I recently shut down my product business after five years of effort. I’m now turning my attention to trying to come up with my next idea, taking care not to head down a path that’s going to burn another five years fruitlessly.
When it comes to detecting a good business idea, I’m familiar with the advice to talk to people and try to find out what their problems are. Maybe this tactic really does work for people but so far just confuses the person I’m talking to and makes me feel like a weirdo.
I think part of my problem is that a software product could serve any industry at all, and so I have to just arbitrarily pick an industry out of all the industries in the world, which is hard.
So a thought occurred to me today that maybe I can use my interests as a starting point. I’m not a member of the “follow your passion” camp. (I don’t imagine patio11 was passionate about bingo cards or appointment reminders.) On the other hand, I can see some value in at least being somewhat interested in the domain in which you’re working. My last product was scheduling software for hair salons, and not only am I not interested in hair at all but the about only thing I have in common with most hairstylists is that we’re both homo sapiens.
And let me be clear: I realize that I should try to detect what people want to buy and then give them that, rather than decide what I want to build and then see who might want it. My thought here is that I can use my own interests as a launching off point in embarking on market research.
So here are some of my interests, in rough order of strength:
- Cars (especially BMW)
- Legos (especially Technic)
And here are some thoughts on each:
Music: Every dumbass in the world wants to do a music startup. I probably better not waste my time with this one.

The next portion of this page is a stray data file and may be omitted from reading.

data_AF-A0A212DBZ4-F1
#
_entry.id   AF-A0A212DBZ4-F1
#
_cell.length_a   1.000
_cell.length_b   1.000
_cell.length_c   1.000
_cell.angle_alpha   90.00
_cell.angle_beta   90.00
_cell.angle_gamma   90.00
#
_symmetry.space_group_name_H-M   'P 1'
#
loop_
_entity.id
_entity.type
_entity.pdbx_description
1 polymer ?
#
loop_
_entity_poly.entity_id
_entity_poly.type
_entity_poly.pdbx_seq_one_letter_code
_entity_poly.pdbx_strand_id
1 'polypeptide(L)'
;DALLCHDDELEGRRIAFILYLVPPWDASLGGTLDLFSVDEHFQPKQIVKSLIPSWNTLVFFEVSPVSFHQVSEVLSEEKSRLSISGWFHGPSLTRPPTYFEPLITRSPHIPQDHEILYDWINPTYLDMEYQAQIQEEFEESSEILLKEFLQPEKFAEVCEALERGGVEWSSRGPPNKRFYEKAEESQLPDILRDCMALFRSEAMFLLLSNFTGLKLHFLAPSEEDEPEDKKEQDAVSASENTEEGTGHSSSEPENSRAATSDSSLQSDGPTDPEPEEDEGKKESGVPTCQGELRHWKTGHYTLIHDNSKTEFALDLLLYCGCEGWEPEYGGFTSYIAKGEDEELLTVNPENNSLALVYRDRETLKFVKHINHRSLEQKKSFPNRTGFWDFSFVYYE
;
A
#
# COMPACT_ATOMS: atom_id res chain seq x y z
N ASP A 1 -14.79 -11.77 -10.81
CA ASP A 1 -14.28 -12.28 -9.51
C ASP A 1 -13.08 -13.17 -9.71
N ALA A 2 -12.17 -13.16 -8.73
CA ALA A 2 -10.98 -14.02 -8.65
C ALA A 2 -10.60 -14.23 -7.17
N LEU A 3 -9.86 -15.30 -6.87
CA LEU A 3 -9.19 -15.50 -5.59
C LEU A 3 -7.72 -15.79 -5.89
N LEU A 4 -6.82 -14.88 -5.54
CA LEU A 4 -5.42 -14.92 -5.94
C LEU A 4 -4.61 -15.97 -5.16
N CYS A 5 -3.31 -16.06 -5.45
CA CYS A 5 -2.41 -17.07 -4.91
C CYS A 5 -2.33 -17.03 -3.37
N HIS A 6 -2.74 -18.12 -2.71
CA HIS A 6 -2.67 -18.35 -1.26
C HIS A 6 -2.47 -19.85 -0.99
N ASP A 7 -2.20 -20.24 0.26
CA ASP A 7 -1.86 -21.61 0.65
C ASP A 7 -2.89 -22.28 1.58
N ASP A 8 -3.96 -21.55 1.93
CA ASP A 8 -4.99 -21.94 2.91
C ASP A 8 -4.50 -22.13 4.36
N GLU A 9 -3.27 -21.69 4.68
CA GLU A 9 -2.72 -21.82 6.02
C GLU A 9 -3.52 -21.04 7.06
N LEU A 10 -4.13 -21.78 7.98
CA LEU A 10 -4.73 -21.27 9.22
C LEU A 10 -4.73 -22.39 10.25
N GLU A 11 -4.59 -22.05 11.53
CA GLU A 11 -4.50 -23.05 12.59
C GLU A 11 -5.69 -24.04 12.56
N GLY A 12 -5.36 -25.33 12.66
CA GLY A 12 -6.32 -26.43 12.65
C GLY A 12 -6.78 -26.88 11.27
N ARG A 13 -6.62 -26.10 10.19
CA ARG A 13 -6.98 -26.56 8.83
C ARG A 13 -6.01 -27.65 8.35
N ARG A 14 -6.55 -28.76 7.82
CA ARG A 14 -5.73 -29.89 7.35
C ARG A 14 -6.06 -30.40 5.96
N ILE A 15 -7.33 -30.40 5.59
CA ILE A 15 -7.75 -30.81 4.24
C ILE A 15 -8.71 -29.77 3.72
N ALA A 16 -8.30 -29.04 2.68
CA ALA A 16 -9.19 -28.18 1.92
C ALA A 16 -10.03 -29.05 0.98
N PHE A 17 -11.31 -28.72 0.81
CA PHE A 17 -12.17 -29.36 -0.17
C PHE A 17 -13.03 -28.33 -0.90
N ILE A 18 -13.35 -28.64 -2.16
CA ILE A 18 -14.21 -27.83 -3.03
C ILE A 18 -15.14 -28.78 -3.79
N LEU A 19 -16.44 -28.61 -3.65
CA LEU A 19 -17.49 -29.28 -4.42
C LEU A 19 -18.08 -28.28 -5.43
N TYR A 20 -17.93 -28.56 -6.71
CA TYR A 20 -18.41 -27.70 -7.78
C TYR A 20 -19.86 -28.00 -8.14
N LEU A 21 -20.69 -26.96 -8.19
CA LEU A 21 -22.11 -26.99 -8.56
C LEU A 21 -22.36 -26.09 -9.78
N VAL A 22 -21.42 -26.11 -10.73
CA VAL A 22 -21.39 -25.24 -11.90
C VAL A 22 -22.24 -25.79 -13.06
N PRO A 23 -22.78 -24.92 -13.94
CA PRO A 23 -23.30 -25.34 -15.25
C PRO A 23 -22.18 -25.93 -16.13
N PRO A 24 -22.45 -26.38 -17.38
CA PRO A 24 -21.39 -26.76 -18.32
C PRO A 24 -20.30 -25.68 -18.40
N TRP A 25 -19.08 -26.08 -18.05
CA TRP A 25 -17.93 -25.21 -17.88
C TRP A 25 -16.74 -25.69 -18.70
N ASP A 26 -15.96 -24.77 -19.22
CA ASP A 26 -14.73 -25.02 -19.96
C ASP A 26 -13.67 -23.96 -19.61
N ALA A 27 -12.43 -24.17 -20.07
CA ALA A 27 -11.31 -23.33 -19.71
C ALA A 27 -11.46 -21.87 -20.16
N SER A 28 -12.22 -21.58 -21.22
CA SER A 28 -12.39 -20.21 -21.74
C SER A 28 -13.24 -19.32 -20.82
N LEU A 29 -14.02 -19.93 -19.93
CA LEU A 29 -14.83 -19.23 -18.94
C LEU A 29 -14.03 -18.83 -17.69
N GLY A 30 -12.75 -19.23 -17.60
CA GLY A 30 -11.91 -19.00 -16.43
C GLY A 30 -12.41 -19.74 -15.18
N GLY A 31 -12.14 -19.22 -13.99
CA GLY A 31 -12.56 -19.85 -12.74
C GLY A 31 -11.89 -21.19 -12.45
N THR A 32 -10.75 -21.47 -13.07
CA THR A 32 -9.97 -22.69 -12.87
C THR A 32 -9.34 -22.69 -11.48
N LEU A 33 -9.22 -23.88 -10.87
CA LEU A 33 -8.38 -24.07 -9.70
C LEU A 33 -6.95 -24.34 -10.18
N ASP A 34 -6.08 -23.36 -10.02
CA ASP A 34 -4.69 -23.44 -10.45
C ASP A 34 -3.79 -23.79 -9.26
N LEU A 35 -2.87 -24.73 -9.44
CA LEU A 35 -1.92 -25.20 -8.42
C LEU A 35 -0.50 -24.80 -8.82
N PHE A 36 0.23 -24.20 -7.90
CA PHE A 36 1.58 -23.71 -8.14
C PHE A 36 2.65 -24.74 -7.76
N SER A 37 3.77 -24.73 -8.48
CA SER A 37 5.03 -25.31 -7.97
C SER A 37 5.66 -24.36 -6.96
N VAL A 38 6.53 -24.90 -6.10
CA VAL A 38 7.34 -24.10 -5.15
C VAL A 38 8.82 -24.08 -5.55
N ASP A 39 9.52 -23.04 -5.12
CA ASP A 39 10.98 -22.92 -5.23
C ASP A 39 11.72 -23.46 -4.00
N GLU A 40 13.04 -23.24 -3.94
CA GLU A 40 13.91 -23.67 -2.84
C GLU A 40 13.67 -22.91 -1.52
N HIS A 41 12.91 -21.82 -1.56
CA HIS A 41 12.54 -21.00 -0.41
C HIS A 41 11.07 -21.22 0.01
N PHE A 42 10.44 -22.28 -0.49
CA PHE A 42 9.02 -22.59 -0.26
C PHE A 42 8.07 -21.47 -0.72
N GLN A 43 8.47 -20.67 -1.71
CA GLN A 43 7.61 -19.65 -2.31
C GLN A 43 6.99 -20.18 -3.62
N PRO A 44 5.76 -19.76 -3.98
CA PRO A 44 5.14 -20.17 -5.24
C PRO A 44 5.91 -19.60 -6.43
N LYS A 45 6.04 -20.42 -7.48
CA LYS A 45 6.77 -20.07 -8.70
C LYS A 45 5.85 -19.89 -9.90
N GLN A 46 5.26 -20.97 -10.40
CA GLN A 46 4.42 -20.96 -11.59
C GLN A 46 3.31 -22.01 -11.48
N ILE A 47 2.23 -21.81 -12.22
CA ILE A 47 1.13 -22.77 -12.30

Art: Maybe? I actually don’t know much about art or the business of art, I just know that I like to draw and that art is just something I generally enjoy.
Skateboarding: I don’t know what kind of opportunities might exist in the skateboarding industry. One advantage here is that since I used to skate, I can talk intelligently with skateboarders, I’m familiar with prominent skate companies and pro skaters, etc. This is in contrast to the beauty industry where I knew nothing and didn’t particularly care to learn.
Cars: This is obviously a huge industry with fucktons of money flowing through it. I also don’t know a whole ton about cars beyond the fact that I like Top Gear and I subscribe to Car & Driver and one time I drove a Ferrari and it was awesome. My favorite kind of car is BMW. I don’t know if that helps me get pointed in a direction at all or not.
Pool: Pool has become a hobby for me lately. I know nothing about the pool industry but I find pool to be interesting.
Legos: I could play Legos all day every day for the rest of my life. I know it can be dangerous to base a whole business on the back of some other single business. You don’t want to be dependent on someone else’s whims. But I also imagine it could be done in a safe way, like if a person were to write a book about Legos. I’m not going to write a book about Legos, though. I would want to use my existing skills.
I think that’s about as far as I can get myself with this idea, at least for right now. What I think I’m missing is the next step. If I were to choose to pursue something in the auto industry, I guess I would go ask people in the auto industry what problems they have or something, but how? Go to a dealership? The guys there who are available to talk are probably too low on the totem pole to answer me in a meaningful way or even understand where I’m coming from.
I’m totally lost and could use some help. I’ve been trying to come up with a product business idea for eight years. I’ve made six attempts at a product business in those eight years, all failures. Something is clearly wrong with my approach but I can’t figure out what.